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In AD 498 a young monk named Kevin arrived in the valley and decided that it would be a good spot for a bit of silent meditation. He set up house in what had been a Bronze Age tomb on the southern side of the Upper Lake. For the next seven years he slept on stones, wore animal skins, maintained a near-starvation diet and – according to the legend – made friends with the birds and animals. Word eventually spread of Kevin’s natural lifestyle, and he began attracting disciples who were seemingly unaware of the irony that they were flocking to hang out with a hermit who wanted to live as far away from other people as possible.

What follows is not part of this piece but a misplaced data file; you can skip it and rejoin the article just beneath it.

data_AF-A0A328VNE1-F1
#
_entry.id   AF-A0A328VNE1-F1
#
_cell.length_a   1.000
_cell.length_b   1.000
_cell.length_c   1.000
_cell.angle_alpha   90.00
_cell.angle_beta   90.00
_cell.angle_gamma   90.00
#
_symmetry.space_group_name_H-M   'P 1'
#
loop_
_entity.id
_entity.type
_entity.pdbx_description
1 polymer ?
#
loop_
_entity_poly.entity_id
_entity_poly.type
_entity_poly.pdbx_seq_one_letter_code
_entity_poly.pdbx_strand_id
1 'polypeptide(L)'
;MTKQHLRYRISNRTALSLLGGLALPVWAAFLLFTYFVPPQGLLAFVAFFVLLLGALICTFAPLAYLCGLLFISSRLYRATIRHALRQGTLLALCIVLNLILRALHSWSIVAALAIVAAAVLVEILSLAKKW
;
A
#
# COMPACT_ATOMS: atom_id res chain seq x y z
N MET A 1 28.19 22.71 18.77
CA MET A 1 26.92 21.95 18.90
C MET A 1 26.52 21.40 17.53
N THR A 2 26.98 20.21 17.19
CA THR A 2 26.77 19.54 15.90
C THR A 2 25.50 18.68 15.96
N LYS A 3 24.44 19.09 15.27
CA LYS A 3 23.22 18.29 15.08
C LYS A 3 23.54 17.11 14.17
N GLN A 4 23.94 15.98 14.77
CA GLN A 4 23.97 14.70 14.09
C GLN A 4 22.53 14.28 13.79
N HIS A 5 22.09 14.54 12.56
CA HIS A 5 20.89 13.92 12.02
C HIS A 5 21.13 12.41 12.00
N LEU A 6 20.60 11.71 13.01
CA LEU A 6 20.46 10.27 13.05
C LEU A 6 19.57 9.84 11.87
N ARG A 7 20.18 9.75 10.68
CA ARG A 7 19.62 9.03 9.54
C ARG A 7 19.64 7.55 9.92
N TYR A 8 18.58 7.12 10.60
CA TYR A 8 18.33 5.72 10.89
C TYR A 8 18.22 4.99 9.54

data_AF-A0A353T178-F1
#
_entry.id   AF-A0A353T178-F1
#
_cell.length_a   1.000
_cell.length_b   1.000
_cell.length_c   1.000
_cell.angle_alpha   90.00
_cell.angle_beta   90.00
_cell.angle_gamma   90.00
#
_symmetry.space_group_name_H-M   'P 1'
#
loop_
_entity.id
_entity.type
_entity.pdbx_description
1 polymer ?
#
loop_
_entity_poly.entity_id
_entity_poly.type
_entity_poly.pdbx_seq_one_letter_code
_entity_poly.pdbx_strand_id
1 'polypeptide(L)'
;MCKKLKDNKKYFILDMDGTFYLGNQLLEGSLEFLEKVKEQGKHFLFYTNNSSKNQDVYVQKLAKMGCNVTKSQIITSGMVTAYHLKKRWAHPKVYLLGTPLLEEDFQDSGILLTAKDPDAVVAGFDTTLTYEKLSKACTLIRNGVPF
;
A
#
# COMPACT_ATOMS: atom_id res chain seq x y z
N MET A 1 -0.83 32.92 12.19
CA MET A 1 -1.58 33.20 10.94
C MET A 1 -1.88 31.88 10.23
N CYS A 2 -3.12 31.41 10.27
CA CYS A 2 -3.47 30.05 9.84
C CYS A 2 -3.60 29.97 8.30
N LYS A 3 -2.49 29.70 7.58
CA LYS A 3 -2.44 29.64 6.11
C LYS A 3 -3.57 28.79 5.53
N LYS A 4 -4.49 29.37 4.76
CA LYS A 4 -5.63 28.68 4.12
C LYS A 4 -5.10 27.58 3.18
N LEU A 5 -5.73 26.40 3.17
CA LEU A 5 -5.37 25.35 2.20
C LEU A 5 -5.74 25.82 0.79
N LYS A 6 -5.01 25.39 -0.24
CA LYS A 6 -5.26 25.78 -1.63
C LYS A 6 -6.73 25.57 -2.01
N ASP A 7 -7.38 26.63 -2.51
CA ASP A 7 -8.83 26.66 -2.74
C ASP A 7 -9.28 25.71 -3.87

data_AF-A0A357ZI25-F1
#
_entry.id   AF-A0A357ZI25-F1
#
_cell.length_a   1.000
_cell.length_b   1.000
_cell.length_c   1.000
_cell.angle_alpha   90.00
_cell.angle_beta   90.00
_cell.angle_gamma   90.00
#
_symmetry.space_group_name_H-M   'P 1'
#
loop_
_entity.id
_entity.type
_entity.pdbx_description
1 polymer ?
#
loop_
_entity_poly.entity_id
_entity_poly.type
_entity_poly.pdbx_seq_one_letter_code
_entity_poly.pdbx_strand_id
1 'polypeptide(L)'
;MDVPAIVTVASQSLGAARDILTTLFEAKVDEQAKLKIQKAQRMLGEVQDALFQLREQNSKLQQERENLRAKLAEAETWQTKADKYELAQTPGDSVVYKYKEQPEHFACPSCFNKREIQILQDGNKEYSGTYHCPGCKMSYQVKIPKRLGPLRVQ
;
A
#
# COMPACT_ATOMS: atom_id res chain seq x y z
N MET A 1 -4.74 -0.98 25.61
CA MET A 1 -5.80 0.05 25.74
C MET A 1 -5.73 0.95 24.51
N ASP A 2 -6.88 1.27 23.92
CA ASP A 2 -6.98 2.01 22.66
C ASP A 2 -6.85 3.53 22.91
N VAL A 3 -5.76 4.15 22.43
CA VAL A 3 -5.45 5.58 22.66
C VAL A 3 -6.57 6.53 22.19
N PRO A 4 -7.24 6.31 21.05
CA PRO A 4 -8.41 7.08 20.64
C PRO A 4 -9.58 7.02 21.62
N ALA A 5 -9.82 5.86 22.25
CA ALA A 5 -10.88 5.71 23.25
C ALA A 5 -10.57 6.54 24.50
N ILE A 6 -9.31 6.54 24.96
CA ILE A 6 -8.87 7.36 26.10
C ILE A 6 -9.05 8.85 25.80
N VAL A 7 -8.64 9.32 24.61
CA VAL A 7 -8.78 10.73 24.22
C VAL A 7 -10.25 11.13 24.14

Kevin’s preferred isolation notwithstanding, a settlement quickly grew and by the 9th century Glendalough rivalled Clonmacnoise as Ireland’s premier monastic city: thousands of students studied and lived in a thriving community that was spread over a considerable area. Inevitably, Glendalough’s success made it a key target of Viking raiders, who sacked the monastery at least four times between 775 and 1071. The final blow came in 1398, when English forces from Dublin almost completely destroyed it. Efforts were made to rebuild and some life lingered on here as late as the 17th century, when, under renewed repression, the monastery finally died.